ALTAR OF PLAGUES
Since its release in 2009, Altar of Plagues’ debut full length, ‘White Tomb’, has become an underground classic, garnering much credibility for its potent atmospheres, epic structures, and paralysing depiction of a post-apocalyptic world. Idiosyncratic and innovative, Altar of Plagues sophomore album ‘Mammal’ continues with the themes explored in its predecessor and is equally, if not, more unsettling in its protracted black ambience. Encapsulating both calm grief and pessimistic grandeur in its immense philosophical soundscapes, ‘Mammal’ is mournful and melancholic, the lengthy compositions, ranging from eight to just over nineteen minutes in length, are organically sublime silhouettes of the human condition. ‘Neptune is Dead’ is a nineteen minute cinematic depiction of a barren wasteland, exploring desolate and demonic musical mania. A visceral opener, the track shifts between open plains of black metal strummed chords and forlorn melodies to ethereal and ominous ambient passages. Monolithic and earthy, ‘Feather and Bone’ is a slow burning and reverberating track featuring intricate drum patterns amongst the unrelenting blast beats. ‘When the Sun Drowns in the Ocean’ opens with the cry of an old Irish funerary custom (known as “keening”), a vocal lament sang over the corpse of the deceased that was a tradition that the Church abolished in the early part of the 20th century. A clear nod to their Irish heritage, at just over eight minutes this is the shortest track here, though no less effective in its preservation of a significant part of a culture that would otherwise remain lost to a soon-to-be-forgotten history. ‘All Life Converges to Some Centre’ is, again, monolithic in its density, a vicious sonic maelstrom of stark images of decay and sorrow. History is the merciless eradication of cultures deemed inferior to the self-awarded “superiority” of myopic despots too arrogant to see the numerous shortcomings in their ideology to embrace and celebrate difference. The catharsis of ‘Mammal’ is to recognise that there’s no redemption awaiting us, only an all-consuming finality that must be recognised. And only in embracing this inevitability can the truth of absurdity be encountered. Profound in its pitiless, transcendent, and, ultimately, liberating portrayal of the absurdity of human endeavour, all four tracks, when ingested wholly, are greater than their sum making the primitive and intensely honest ‘Mammal’ an intelligent and compelling work. Essential.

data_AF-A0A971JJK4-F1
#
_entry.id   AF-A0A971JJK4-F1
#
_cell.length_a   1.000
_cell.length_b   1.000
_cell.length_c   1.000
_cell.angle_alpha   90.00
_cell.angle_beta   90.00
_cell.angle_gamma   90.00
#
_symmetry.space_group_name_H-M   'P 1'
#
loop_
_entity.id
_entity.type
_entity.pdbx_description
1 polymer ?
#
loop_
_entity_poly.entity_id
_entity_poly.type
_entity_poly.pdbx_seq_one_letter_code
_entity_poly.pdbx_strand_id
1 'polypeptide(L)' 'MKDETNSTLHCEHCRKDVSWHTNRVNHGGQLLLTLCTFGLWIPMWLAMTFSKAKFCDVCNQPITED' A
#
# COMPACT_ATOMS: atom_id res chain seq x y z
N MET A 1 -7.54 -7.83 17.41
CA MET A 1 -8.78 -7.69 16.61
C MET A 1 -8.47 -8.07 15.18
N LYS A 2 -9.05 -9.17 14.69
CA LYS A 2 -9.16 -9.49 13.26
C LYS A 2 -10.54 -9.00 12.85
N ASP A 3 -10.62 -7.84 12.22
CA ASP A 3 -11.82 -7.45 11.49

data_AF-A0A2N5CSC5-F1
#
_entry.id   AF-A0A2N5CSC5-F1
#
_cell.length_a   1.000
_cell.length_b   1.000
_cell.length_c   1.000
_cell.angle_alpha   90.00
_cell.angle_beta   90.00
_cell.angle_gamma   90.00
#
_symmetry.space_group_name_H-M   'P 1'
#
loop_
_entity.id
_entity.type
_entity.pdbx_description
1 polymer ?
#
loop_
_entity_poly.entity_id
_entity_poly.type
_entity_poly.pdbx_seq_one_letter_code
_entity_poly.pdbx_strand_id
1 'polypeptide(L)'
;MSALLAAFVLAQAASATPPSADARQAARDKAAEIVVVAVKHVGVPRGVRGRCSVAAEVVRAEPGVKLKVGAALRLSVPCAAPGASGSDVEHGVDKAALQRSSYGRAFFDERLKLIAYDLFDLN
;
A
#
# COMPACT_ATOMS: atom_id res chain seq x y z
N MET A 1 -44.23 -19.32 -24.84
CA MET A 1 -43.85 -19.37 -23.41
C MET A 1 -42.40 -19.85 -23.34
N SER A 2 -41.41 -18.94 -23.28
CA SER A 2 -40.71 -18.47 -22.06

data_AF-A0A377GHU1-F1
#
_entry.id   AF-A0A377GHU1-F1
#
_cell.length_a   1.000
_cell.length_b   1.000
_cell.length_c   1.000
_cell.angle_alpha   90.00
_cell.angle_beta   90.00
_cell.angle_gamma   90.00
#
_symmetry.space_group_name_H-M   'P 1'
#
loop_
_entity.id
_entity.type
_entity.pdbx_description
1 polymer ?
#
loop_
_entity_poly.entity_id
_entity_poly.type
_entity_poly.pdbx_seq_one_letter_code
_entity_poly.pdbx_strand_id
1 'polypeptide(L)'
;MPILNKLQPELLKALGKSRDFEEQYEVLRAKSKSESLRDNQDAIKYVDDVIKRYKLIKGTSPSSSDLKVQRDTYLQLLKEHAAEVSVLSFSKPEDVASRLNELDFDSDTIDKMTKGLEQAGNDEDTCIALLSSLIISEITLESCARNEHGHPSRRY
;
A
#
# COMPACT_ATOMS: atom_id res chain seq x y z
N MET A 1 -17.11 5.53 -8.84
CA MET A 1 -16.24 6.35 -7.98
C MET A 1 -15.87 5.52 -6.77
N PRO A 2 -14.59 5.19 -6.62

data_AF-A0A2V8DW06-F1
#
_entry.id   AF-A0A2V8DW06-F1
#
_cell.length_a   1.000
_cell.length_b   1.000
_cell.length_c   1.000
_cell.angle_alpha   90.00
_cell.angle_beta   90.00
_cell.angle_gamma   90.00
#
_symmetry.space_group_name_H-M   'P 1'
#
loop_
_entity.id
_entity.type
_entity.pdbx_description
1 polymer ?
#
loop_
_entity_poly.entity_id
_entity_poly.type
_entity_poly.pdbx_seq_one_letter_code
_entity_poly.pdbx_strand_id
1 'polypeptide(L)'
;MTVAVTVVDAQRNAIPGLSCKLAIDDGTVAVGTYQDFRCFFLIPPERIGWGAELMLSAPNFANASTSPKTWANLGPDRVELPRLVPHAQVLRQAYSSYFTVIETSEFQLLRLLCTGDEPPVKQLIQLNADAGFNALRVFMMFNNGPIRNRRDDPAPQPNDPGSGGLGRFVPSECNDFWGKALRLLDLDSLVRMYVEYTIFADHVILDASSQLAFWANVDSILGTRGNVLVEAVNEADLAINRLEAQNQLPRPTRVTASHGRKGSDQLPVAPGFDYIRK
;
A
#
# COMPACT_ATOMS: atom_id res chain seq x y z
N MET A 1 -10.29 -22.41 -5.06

Review by Jason Guest
25th April 2011
1) Neptune is Dead
2) Feather and Bone
3) When the Sun Drowns in the Ocean
4) All Life Converges to Some Center
COUNTRY OF ORIGIN:
"Profound in its pitiless, transcendent, and, ultimately, liberating portrayal of the absurdity of human endeavour, all four tracks, when ingested wholly, are greater than their sum making the primitive and intensely honest ‘Mammal’ an intelligent and compelling work."